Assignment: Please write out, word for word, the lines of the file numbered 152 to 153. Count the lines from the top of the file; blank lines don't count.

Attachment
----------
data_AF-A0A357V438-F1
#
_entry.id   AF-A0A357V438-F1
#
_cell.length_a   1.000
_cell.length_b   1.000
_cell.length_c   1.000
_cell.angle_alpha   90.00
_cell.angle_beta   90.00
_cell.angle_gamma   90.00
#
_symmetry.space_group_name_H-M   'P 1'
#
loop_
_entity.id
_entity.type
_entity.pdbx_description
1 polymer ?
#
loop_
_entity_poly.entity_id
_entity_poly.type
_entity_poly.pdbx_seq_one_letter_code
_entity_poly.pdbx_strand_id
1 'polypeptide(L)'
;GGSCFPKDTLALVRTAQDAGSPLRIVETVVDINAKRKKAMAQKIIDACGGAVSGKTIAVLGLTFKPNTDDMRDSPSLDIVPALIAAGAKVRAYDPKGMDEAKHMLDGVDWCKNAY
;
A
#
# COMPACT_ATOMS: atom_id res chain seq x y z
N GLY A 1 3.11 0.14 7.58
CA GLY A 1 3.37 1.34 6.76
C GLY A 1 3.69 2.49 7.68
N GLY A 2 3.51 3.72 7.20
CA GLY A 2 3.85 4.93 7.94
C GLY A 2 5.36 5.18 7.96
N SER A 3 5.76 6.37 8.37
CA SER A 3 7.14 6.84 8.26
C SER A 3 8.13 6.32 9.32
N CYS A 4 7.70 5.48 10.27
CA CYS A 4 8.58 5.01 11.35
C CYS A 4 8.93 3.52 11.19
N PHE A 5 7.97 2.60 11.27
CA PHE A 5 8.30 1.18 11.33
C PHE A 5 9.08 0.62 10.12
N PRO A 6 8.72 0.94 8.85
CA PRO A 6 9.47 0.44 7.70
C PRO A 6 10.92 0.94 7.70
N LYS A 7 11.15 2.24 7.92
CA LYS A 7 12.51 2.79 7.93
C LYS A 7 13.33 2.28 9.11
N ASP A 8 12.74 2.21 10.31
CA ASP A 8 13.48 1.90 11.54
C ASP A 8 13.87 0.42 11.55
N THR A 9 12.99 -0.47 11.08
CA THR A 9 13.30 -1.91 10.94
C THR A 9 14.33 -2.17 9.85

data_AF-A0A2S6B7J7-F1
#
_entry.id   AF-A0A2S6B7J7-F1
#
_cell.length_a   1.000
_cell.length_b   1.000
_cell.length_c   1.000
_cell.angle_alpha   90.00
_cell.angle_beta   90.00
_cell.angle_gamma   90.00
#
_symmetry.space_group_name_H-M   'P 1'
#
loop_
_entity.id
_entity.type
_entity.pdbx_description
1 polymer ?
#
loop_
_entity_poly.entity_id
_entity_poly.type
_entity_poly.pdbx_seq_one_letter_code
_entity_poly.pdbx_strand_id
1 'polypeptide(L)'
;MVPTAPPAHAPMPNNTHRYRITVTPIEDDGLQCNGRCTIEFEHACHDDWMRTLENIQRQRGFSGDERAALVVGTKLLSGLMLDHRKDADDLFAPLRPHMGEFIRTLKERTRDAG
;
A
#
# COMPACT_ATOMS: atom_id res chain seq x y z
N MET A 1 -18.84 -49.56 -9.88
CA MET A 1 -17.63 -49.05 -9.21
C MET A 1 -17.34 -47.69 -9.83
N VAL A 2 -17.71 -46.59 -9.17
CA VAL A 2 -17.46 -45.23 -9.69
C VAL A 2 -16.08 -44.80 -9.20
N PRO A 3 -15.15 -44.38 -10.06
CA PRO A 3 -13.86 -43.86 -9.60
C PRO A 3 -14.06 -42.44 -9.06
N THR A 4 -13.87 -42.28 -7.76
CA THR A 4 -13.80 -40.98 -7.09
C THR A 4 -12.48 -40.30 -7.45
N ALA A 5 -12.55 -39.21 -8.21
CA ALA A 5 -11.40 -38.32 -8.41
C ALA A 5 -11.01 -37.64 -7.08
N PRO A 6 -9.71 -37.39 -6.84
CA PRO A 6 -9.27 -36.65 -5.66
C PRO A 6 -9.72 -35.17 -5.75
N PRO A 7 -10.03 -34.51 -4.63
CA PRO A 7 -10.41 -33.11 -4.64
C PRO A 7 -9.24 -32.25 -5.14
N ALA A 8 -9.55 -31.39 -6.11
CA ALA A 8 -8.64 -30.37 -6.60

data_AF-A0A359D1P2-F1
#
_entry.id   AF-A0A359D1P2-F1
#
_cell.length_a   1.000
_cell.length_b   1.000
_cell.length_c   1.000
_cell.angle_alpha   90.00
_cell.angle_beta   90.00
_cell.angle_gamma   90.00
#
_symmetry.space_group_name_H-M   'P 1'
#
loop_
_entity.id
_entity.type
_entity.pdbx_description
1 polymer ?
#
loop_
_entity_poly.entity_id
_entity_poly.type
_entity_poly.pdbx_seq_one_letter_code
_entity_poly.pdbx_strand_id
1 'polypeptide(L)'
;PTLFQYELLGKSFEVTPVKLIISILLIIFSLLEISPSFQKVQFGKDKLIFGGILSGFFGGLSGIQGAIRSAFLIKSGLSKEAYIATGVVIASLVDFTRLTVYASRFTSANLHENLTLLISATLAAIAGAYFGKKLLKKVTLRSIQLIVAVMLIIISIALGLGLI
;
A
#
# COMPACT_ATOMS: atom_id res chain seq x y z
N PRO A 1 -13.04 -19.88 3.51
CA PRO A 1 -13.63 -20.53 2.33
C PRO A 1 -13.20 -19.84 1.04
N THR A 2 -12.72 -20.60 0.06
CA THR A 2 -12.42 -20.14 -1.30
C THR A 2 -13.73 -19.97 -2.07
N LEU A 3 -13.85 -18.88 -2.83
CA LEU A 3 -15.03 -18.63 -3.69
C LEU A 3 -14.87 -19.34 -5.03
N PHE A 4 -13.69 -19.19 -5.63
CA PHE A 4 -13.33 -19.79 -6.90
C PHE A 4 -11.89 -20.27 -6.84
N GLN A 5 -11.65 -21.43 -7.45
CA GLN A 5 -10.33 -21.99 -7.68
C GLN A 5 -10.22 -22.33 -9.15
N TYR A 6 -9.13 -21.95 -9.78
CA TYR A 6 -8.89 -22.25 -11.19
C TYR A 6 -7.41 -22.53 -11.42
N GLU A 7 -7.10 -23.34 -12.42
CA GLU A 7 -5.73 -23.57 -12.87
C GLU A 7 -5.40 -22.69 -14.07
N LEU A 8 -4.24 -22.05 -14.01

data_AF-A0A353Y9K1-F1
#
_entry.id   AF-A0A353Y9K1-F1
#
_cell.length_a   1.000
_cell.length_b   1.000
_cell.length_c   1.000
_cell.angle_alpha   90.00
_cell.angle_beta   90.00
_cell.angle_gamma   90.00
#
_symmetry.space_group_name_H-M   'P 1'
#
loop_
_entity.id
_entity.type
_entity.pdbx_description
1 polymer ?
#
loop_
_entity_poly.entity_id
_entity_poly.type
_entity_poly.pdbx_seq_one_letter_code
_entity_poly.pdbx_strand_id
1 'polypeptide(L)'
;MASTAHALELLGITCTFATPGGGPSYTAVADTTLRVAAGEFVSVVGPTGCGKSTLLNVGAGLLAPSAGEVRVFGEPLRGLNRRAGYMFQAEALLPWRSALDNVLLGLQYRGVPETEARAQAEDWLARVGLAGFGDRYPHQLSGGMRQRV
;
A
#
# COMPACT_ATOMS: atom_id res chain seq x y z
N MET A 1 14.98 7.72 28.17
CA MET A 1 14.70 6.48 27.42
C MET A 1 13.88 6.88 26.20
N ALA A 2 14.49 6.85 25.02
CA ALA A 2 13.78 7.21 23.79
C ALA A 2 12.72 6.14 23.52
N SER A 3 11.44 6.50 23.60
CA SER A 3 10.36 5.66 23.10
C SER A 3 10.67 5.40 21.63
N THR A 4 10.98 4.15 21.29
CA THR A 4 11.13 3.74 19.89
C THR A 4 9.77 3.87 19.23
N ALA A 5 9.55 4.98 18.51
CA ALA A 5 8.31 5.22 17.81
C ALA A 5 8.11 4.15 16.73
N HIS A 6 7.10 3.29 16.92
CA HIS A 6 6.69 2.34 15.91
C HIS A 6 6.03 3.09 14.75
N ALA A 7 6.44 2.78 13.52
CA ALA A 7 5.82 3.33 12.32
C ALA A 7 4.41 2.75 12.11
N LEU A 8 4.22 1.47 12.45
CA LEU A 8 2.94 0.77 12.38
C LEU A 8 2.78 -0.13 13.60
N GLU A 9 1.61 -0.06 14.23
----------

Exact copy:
C PHE A 4 -11.89 -20.27 -6.84
N GLN A 5 -11.65 -21.43 -7.45